Keytruda, formerly known as MK-3475, is an antibody that targets a protein called PD-1 that is expressed by immune cells. The protein puts the immune system’s brakes on, keeping its T cells from recognizing and attacking cancer cells, said Dr. Antoni Ribas, the study’s principal investigator and a professor of medicine in the division of hematology-oncology at the David Geffen School of Medicine at UCLA.

For many years, when using immunotherapy to fight cancer, doctors’ strategy has been to bolster the immune system so it could kill the cancer cells. But the approach had limited success because PD-1 prevented the immune system from becoming active enough to attack the cancer.

Keytruda, in effect, cuts the brake lines, freeing up the immune system to attack the cancer.

“This drug is a game changer, a very significant advance in the treatment of melanoma,” said Ribas, who also is a researcher at UCLA’s Jonsson Comprehensive Cancer Center. “For patients who have not responded to prior therapies, this drug now provides a very real chance to shrink their tumors and the hope of a lasting response to treatment.”

Judith Gasson, senior associate dean for research at the David Geffen School of Medicine at UCLA and director of the Jonsson Cancer Center, said researchers have long hoped to develop an effective and lasting immunotherapy to fight cancer.

“We have long believed that harnessing the power of our own immune systems would dramatically alter cancer treatment,” she said. “Based upon work conducted over the past two decades, we are beginning to see the clinical benefits of this research in some of the most challenging cancers.”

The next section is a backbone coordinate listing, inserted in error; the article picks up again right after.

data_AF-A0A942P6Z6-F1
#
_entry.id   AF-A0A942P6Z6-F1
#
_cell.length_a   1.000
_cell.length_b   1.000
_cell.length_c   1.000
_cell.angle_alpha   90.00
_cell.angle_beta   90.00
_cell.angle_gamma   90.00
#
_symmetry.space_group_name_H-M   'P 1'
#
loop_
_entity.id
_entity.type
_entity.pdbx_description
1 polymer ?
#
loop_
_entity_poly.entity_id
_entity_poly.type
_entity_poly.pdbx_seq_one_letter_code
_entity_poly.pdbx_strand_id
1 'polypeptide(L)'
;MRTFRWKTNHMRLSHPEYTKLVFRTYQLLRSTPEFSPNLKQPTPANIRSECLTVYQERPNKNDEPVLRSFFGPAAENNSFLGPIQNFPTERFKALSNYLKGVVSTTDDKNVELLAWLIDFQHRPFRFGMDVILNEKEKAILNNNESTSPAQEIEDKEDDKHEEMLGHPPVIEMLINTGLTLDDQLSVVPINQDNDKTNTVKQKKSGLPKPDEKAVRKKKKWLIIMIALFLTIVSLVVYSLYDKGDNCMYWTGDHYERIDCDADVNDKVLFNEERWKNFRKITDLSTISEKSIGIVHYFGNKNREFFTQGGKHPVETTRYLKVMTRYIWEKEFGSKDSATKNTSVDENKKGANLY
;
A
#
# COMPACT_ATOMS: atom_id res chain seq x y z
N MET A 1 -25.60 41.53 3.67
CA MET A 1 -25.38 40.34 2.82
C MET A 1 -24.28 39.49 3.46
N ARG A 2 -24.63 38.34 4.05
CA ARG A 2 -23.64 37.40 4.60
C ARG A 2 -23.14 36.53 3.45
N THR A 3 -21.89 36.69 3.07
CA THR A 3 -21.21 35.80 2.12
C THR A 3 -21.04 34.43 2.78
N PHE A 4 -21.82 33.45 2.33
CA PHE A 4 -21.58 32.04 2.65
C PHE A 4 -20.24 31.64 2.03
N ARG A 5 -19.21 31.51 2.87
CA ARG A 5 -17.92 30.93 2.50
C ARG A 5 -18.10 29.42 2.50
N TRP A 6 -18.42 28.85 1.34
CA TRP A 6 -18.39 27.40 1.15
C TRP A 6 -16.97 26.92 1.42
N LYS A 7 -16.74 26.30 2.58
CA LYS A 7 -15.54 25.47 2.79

Generally, about 1 in 10 patients responded to previous immunotherapy drugs. Some of those who responded, however, exhibited long-lived benefits, which sustained scientists’ interest in the method as an effective mechanism to fight cancer.

The response and duration rates for Keytruda were much greater than for previous drugs, Ribas said. In the new study, 72 percent of patients responded to the drug, meaning that their tumors shrank to some degree. Overall, 34 percent of patients showed an objective response, meaning that their tumors shrank by more than 30 percent, and did not re-grow.

Ribas said Keytruda has the potential to be used to treat other cancers that the immune system can recognize, including cancers of the lung, bladder, head and neck.

Survivors’ stories Kathy Thomas, 59, of Torrance, California, was diagnosed in September 2011 with melanoma that had spread to her liver and was invading her left breast. She underwent several therapies that did not work, and she was weakening fast.

“I lost weight. I threw up nearly every day,” Thomas said. “My hair was thinning. I just had no strength at all. I was so sick I had to use a wheelchair.”

Thomas met with Ribas in 2012 but was skeptical about enrolling in a trial to test an experimental therapy. She soon overcame her hesitation.

“I decided I wanted to survive,” she said. “I wasn’t going to let this disease beat me.”

Since enrolling in the study, Thomas’ tumors have shrunk. She regained her strength and her appetite. She’s out of her wheelchair and walking normally again. She said she has experienced no side effects from the therapy, and she travels monthly to San Francisco to visit her grandson.

“I just enjoy life now, really enjoy it,” she said.

Watch Kathy Thomas discuss her therapeutic experience: http://youtu.be/BOgw7mgQEdc